The simplest way to explain the behavior of any bureaucratic organization is to assume that it is controlled by a cabal of its enemies. — Robert Conquest’s ‘Third Law of Politics’
All sovereign countries have a foreign service, a cadre of specialists in international relations sent abroad to look after the country’s interests. The British and Americans each have one, the EU recently created one, and the Holy See has perhaps the oldest one.
It is the opinion of this author that Canada no longer really has one. That is not to say that there are no longer dedicated and skilled specialists who work to protect Canadians and Canada’s interests abroad. Quite the contrary. There are still some tucked away in the Department of Foreign Affairs and International Trade. It is not that there was some overt effort to destroy a professional foreign service. Nonetheless, because of a combination of changes in the civil service in Ottawa and, coincidentally, some societal changes in our country, it is fair to say that a foreign service no longer really exists.
The origins of the Canadian Foreign Service lie in the early twentieth century. Previously Britain looked after our international relations, even with our closest neighbour, the United States. Before 1910, a section within the Department of the Secretary of State under Sir Joseph Pope had the purpose of managing what were called “Imperial relations,” that is with the mother country and to a lesser extent within the Empire. The Government of Sir Wilfrid Laurier created a separate Department of External Affairs in that year, over which the Prime Minister presided as Minister, with Sir Joseph as its first Under-Secretary of State, a post he held until his retirement in 1925.
For a time the Department remained minuscule but with steady growth of Canada’s interests and responsibilities it became necessary to establish, following the example of other nations, a functioning foreign service with the background, training and skills to handle the foreign interests of Canada. O.D. Skelton of Queen’s University followed Pope as Under-Secretary and set about gathering a group of bright and talented young men for that purpose. This was the so-called golden age of Canadian diplomacy: Pearson, Pickersgill, Heeney, Wrong, Keenleyside and others were recruited to man the headquarters and a slowly growing number of posts (and conferences) abroad. Largely anglophone, upper-middle-class, English-educated (Oxford) and male, it was a small and dedicated group.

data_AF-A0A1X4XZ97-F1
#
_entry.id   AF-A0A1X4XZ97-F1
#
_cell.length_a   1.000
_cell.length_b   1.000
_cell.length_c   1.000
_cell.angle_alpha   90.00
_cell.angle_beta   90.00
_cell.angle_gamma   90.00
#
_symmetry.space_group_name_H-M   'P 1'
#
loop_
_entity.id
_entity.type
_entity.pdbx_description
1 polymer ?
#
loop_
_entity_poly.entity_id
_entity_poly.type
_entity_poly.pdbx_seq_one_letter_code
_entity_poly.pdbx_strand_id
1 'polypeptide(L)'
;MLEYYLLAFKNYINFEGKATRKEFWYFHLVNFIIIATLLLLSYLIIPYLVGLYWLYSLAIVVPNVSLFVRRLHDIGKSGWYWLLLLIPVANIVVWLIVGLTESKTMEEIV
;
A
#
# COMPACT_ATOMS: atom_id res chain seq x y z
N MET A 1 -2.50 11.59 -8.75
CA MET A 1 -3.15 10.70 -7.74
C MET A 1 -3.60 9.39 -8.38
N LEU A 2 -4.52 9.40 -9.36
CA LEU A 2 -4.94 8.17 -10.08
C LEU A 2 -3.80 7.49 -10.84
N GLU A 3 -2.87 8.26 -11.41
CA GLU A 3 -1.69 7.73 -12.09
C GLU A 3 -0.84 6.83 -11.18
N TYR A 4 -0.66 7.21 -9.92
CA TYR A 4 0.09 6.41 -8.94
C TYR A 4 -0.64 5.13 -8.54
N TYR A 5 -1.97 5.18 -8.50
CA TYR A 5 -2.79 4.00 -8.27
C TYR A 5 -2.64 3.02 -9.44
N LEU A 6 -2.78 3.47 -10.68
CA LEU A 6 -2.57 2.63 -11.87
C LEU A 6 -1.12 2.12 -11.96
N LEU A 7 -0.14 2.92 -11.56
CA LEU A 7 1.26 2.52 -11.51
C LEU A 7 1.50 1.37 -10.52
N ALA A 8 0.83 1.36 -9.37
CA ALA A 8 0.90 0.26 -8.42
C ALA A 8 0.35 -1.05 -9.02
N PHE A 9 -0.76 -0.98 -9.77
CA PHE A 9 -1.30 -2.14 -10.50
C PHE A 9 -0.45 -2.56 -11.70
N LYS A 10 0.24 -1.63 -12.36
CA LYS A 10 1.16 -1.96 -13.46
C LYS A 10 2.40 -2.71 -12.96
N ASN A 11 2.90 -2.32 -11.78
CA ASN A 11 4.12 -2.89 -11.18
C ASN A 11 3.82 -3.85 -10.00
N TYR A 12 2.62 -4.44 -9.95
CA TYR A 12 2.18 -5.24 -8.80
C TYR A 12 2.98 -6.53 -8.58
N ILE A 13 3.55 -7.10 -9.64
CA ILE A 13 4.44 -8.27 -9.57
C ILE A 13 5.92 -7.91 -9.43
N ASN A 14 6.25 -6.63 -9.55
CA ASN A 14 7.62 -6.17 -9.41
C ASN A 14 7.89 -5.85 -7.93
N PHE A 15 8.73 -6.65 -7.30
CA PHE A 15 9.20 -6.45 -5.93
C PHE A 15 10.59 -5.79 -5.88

The early 1970s represented both an apogee and the beginning of a decline. By the early Seventies those associated with the original exclusive group had passed from the scene. Pearson was gone, Skelton long gone; Vincent Massey, who had gone on to greater things, had also been carried away. Time, that ever rolling stream, had also born away Hume Wrong, Norman Robertson, Dana Wilgress, Hugh Keenlyside and Arnold Heeney.
As the Foreign Service grew it remained a largely self-selecting group, urbane, male, increasingly nationalist (anti-Imperial but not necessarily pro-American) and, within the Public Service, a homogeneous and distinct group. The original formula favouring English-educated anglophones with an enlivening admixture of pure laine francophones had long been broken with the recruitment of others, including a small but growing number of women. The overwhelming caucasian dominance was also soon breached.
The brooding, dark permanence of “Fort Pearson,” the Lester B. Pearson Building at 125 Sussex Drive, was still in the planning stages. Part of the charm and mystique of the Department at the time derived from the disorganized shambles of its location; it was scattered in over a half-dozen buildings across the centre of Ottawa, including the East Block, the Wellington Street Post Office, the Daly Building and a host of even less distinguished locations. But this was the Department of the previous Prime Minister, L.B. Pearson — Nobel Peace laureate, founder of peacekeeping and engine of the Canadian efforts which contributed to the creation of NATO, etc.